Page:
I was delighted to be asked to write a guest blog for the UCC Faculty of Law’s Blog on Copyright Issues for Community Digital Archives. Check it out here.
I am a Digitally Challenged Digital Humanist.
My Digital Humanities project, creating a Cork LGBT Digital Archive, is a truly multi-disciplinary, inter-disciplinary and cross-disciplinary project – it requires me to understand and engage with a number of different fields and disciplines, including History, Social History, LGBT History, Archives, Community Archives, Digital Archives, as well as understanding the how of doing it digitally. Not a challenging task at all!!!!
A lot of the time it seems as if I am floundering in a land I don’t know, where people speak a language I do not understand. The Humanities side is fine, I speak that language, but I’m new to the Digital.
And yet I keep trying, sometimes failing, sometimes succeeding, but always learning through the process. As Samuel Beckett said: ‘Ever tried. Ever failed. No matter. Try again. Fail again. Fail better.’
Looking forward to the Accelerate LGBT event in Dublin on 17 September.
See my interview on the Accelerate LGBT blog
Written by Orla Egan
I am still reeling from the emotional rollercoaster of the weekend as my country finally voted to respect me, my son, my family, my friends and my community.
This weekend Ireland became the first country to legalise same-sex marriage through popular vote. And by a resoundingly popular vote – 62.1% overall, with only one constituency (Roscommon-South Leitrim) voting No. The highest YES vote was in Dublin South East with 74.9%. In the 5 Cork constituencies the YES vote ranged from 56% (Cork South West) to 65.8% (Cork South Central).
It has been a long and hard journey to get here. This weekend’s vote is the result of decades of LGBT community activism all over Ireland. Since at least the 1970s Irish LGBT people have supported one another to build community and have pride in who we are, despite the consistent messages from the church, the laws, the media and society telling us that we were sick, evil, lesser and unworthy. We set up LGBT organisations, centres and services. But we also created community – we created the positive spaces where LGBT people could be together, to love, to party, to affirm each other – to counterbalance all the negativity. We gave each other the strength to come out in ever increasing numbers. And that’s what made the difference. People respond to the personal. Its easy to vilify a concept – a gay man, a lesbian family etc. – its harder to hate the person standing in front of you: your son, your daughter, your mother, your uncle, your neighbour, your colleague. Its the stories of real people’s lives that have convinced so many people to vote YES.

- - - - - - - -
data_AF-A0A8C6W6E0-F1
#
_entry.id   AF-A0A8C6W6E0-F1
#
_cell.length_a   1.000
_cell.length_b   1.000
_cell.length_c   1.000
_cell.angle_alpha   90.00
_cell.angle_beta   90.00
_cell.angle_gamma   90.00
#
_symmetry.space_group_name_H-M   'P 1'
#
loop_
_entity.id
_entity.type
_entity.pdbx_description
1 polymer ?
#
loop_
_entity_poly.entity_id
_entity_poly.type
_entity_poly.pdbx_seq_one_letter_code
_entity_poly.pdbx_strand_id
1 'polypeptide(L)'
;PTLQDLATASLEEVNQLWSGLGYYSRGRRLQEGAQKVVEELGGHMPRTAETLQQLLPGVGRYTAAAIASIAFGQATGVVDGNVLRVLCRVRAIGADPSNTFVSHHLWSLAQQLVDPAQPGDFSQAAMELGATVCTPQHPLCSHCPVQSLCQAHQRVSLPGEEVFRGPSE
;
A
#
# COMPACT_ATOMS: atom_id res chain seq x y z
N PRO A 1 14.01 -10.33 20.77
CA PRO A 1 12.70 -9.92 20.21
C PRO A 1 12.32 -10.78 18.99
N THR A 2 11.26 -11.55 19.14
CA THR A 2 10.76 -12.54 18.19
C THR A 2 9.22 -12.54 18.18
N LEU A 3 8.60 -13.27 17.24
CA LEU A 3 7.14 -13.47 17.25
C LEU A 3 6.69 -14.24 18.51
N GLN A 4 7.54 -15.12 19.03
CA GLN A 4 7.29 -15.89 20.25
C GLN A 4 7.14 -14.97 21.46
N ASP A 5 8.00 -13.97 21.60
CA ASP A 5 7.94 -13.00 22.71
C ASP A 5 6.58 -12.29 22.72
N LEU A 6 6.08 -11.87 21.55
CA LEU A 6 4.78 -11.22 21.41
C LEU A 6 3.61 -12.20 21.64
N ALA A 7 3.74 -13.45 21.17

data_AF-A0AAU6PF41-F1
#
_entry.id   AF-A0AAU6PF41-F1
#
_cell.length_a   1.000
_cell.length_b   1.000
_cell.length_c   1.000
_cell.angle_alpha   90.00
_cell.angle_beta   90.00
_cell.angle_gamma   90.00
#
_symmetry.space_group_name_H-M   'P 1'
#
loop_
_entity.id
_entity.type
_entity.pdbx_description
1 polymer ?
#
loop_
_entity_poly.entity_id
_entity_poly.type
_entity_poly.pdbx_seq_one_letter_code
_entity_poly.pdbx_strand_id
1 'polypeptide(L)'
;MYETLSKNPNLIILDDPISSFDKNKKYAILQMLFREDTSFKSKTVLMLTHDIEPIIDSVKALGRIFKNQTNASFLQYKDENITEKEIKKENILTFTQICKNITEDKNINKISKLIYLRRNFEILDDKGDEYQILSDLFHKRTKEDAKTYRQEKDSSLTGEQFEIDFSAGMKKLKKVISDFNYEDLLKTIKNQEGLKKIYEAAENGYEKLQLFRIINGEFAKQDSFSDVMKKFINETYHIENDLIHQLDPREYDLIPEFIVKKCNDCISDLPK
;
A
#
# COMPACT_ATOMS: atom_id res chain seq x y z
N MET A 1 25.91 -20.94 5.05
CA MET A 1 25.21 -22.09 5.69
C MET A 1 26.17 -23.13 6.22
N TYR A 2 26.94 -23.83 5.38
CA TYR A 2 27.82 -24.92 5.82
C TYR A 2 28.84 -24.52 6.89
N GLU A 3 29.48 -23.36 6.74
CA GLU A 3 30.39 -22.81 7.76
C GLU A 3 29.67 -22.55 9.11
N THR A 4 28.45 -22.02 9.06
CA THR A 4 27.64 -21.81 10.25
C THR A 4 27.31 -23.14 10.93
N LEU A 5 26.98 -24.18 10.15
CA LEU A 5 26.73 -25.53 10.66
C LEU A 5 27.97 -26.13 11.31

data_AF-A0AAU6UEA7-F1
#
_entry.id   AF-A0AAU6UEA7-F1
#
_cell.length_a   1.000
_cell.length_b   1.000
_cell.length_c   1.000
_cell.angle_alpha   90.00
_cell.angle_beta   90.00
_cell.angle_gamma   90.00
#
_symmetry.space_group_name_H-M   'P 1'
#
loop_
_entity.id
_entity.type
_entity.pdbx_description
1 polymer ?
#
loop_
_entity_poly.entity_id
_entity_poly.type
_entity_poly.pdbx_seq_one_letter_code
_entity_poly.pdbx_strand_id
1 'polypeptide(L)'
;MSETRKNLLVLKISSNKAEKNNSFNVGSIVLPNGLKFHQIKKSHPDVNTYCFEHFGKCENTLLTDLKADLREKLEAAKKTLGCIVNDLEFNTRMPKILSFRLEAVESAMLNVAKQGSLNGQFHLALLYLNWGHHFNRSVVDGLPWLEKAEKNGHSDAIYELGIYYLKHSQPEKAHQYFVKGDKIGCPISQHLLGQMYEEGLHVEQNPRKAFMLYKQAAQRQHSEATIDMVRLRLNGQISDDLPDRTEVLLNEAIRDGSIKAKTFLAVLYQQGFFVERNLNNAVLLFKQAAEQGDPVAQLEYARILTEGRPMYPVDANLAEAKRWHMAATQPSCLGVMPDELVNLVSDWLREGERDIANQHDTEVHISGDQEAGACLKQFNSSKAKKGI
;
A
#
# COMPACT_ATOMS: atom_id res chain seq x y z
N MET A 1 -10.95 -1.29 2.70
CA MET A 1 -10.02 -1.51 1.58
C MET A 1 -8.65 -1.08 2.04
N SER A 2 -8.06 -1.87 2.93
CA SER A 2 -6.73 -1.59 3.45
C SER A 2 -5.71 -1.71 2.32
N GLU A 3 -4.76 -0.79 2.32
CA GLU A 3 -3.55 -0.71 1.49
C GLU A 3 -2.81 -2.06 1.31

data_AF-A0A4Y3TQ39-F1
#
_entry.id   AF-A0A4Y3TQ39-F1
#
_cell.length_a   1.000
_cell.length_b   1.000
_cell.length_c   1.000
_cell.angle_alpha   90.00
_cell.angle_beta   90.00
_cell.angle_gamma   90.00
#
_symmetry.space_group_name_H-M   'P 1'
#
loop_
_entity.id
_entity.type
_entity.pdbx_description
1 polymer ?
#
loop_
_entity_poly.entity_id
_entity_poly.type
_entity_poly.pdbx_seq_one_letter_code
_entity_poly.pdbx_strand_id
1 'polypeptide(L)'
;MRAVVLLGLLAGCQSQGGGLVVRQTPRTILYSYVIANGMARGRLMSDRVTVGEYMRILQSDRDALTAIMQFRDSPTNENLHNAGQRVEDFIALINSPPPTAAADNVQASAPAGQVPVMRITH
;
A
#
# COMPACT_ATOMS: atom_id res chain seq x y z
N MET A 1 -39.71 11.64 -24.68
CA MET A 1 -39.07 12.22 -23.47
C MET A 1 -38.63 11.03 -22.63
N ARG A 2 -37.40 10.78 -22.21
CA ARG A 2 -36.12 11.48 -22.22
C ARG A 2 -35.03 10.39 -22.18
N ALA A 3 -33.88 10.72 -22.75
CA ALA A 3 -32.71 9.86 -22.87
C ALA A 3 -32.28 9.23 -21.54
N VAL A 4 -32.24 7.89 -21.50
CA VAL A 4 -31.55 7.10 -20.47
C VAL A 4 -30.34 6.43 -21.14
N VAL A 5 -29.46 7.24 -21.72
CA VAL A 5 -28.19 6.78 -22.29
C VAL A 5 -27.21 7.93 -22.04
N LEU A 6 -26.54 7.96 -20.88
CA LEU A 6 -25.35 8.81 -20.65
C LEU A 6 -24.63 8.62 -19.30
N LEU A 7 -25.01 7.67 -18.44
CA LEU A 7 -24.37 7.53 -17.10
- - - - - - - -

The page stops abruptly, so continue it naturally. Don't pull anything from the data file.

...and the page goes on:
I have just returned from a visit to New York to meet with a number of LGBT Digital Archive projects. Building these connections and opportunities for the sharing of ideas, experiences and practical skills is crucial for me as I work on developing a Cork LGBT Digital Archive. The opportunity to be in a room with others who share my obsession with the importance of preserving and sharing the rich history of LGBT communities, and with using digital tools to do so, is a crucial but rare experience for me.
I met with Anthony Cocciolo, Associate Professor at the Pratt Institute School of Information and Library Science in New York. Since 2008 Anthony Cocciolo has been working with his students on digitising some of the audio and video collection from the Lesbian Herstory Archive in Brooklyn.
Anthony teaches a module called Projects in Moving Image and Sound Archiving. As part of this course the students work with Anthony on digitising various collections from the Lesbian Herstory Archive. They began with series of interviews Joan Nestle conducted over a number of years with Mabel Hampton (1902-1989). Mabel was an African American Lesbian who was closely connected with the Lesbian Herstory Archive. They have since digitised the archive’s collection of Audre Lorde’s public speeches, readings, and panel presentations, a series of videos in relation to the Daughters of Bilitis group and the interviews from Boots of Leather, Slippers of Gold (study of the lesbian bar culture in Buffalo). Continue reading